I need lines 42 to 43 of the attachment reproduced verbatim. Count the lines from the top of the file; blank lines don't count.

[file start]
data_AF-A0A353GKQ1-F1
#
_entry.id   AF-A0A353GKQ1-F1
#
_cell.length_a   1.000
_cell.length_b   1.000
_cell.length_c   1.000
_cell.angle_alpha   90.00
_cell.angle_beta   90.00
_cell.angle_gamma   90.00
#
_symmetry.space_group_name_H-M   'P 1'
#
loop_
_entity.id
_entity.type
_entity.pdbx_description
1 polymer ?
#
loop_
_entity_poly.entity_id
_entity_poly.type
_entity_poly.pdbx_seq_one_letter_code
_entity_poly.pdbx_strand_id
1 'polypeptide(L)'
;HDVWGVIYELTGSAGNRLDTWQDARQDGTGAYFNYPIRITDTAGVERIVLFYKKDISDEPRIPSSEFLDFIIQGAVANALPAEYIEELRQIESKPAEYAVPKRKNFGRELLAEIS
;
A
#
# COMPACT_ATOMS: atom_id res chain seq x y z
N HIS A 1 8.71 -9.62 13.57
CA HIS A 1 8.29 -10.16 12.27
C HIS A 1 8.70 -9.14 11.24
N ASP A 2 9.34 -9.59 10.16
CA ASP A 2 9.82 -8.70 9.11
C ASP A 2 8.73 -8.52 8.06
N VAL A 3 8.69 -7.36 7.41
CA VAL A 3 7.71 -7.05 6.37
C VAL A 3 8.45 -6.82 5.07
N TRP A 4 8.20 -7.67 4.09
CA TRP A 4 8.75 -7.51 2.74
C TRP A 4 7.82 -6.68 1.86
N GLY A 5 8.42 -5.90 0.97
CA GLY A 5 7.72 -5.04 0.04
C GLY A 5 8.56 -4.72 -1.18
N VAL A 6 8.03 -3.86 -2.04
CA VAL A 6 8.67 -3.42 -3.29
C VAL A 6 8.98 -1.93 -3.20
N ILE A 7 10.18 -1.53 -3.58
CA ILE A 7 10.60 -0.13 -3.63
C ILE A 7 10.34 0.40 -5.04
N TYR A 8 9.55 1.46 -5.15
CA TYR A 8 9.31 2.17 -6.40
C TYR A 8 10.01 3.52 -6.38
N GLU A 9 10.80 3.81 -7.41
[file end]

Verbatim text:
C TRP A 4 7.82 -6.68 1.86
N GLY A 5 8.42 -5.90 0.97